Yale Law School Ornamentation
One of the gems of Yale's architectural heritage is the sense of humour imparted by James Gamble Rogers, the architect (and Yale graduate) who designed many of Yale's neo-Gothic treasures in the inter-war period. Throughout the Yale campus, one may find hilarious little sculptural treasures ornamenting the otherwise serious and foreboding Gothic buildings. The contrast between the heaviness of the revered Gothic style and Rogers' quirky embellishments makes a walk through the campus a delight, as startling little revelations are found in the many nooks and crannies.
The Yale Law School, in particular, boasts a number of sculptic oddities, like the series of faces above: the killer, the thief, the cop, and the judge. [click pictures for larger images]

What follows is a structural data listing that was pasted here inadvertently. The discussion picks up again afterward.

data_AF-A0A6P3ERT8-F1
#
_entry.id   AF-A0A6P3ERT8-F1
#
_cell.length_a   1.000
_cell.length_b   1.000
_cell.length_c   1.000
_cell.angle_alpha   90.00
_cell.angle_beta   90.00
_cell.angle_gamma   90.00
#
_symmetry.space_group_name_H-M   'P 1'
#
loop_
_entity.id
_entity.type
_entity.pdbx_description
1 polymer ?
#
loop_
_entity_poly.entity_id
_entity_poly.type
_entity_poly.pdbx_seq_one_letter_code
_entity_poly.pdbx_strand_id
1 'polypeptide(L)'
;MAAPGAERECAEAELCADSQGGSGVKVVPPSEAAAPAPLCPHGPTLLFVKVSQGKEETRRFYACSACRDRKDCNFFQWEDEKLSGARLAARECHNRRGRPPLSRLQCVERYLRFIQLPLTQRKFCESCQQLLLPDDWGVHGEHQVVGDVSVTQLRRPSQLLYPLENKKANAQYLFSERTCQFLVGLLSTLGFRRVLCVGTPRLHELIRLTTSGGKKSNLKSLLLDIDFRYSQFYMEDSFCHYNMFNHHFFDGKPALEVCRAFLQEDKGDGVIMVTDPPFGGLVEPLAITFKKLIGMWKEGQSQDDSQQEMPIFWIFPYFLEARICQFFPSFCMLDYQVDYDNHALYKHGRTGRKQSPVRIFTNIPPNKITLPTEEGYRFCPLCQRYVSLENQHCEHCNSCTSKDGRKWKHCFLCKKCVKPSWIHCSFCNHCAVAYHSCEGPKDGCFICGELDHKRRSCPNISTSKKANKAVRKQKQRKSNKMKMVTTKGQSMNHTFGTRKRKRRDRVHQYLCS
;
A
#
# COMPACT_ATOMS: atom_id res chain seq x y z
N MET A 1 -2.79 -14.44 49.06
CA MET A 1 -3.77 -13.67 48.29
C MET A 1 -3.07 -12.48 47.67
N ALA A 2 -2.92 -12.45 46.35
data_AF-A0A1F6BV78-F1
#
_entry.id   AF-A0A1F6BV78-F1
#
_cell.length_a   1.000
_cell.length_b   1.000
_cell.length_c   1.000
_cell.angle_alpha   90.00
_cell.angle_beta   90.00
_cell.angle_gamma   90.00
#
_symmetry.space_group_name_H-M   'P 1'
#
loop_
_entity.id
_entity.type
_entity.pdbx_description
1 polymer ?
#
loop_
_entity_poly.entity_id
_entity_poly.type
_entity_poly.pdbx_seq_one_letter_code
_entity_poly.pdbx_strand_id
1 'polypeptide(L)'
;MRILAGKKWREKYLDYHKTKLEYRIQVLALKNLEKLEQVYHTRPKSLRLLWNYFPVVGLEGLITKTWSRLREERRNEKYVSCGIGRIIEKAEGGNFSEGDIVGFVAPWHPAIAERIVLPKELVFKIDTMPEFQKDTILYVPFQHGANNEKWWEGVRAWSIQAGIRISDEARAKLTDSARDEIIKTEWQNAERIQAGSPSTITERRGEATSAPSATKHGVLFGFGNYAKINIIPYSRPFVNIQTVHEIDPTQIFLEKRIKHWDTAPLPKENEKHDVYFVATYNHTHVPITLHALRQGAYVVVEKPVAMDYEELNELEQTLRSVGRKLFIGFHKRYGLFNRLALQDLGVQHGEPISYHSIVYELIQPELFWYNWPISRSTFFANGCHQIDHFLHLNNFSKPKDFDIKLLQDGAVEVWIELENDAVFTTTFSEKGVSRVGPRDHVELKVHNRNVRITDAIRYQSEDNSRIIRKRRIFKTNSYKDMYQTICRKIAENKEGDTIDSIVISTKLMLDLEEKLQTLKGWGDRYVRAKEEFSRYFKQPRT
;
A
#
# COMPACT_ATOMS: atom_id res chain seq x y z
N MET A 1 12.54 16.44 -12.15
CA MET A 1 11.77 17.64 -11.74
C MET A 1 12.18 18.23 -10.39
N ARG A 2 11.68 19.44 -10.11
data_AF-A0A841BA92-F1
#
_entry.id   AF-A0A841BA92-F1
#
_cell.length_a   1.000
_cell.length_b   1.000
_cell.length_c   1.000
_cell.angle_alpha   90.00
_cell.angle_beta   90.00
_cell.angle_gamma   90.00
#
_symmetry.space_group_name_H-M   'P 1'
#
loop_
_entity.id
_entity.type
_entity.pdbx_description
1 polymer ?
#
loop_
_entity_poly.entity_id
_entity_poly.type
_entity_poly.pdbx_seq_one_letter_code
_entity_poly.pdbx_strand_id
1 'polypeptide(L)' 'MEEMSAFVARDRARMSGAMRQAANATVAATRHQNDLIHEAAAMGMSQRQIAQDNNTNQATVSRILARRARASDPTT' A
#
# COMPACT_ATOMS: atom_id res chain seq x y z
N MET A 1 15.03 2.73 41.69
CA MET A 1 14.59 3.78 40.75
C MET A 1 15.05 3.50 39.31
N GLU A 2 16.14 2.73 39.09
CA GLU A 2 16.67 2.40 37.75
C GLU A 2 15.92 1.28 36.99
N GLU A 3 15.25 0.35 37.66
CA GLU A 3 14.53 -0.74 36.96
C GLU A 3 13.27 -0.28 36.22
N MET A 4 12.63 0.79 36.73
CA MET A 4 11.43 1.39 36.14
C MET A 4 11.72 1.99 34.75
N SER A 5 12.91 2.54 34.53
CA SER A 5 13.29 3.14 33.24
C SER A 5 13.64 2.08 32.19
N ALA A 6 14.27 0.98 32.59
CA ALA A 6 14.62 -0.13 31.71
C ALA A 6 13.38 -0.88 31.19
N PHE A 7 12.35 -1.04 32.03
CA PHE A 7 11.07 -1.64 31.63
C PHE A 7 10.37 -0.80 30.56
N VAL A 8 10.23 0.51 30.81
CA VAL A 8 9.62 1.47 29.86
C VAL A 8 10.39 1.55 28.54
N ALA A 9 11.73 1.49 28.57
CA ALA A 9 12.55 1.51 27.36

Above, the cop arrests, the judge sentences, the convict breaks stones, and the chains hold the system together.
These are friezes above the two entrances to the Yale Law School. One door is for the professors and the other is for students. Their respective perceptions of the educational process is sculpted in hilarious relief. Over the professors' door is an image of bored, sleeping students who are being taught by an insightful and energetic professor.
You never know where you might see some little detail in the stone, some image of a cop or a judge.
All photos by Henry Trotter